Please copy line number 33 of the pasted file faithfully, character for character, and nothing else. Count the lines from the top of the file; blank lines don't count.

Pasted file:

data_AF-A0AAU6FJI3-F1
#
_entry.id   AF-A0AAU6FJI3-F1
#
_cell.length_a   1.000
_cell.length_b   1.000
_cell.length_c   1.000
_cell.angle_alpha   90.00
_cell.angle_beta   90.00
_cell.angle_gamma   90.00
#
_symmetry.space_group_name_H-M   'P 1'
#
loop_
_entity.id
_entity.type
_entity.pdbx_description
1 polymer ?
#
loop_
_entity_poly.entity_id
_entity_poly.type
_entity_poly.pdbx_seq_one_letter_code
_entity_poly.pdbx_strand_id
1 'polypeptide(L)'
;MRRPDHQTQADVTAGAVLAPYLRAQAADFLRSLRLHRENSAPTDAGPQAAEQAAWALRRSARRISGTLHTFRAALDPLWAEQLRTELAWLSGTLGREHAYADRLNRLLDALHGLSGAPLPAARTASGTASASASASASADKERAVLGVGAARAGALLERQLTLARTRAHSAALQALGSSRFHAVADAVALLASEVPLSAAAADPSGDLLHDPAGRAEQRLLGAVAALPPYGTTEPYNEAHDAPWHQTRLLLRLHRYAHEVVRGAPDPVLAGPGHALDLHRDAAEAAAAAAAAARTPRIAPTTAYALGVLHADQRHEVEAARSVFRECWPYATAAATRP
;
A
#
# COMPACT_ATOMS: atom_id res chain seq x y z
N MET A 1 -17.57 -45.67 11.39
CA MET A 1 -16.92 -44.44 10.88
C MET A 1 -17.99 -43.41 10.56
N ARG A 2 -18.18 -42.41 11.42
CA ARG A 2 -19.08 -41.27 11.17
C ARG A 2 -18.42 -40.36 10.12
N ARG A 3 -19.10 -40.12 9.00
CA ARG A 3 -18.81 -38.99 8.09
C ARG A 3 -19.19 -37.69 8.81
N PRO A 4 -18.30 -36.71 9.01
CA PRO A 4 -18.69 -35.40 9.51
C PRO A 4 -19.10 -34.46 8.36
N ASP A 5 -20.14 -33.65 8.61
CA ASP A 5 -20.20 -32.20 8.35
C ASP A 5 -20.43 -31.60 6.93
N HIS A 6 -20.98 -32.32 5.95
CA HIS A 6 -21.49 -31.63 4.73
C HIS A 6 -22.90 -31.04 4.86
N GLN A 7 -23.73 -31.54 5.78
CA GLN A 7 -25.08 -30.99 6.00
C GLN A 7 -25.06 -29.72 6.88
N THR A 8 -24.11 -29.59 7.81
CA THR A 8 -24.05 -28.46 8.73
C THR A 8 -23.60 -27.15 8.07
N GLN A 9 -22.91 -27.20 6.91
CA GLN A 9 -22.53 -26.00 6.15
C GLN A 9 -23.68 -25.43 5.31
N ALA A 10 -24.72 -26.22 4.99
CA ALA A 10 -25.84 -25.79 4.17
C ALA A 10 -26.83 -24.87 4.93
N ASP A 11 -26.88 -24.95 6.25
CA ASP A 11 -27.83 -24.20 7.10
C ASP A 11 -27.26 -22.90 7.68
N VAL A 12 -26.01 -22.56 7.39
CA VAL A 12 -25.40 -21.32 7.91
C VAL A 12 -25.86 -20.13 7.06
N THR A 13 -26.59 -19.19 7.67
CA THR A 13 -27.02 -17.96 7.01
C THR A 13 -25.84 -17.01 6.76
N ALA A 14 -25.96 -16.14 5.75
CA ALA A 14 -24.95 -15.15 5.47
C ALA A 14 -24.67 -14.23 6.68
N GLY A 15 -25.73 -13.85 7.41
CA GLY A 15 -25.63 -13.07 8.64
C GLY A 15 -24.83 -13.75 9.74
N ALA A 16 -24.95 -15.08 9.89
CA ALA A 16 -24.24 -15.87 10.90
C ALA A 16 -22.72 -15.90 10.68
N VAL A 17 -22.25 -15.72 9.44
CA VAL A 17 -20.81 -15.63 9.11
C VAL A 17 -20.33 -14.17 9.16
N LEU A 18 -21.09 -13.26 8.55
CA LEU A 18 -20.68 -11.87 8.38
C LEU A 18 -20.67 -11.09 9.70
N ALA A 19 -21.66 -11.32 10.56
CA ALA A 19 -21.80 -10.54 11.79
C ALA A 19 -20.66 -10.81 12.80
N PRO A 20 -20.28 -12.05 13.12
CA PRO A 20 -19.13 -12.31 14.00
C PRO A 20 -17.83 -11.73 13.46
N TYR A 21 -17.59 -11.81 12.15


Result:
C MET A 1 -17.99 -43.41 10.56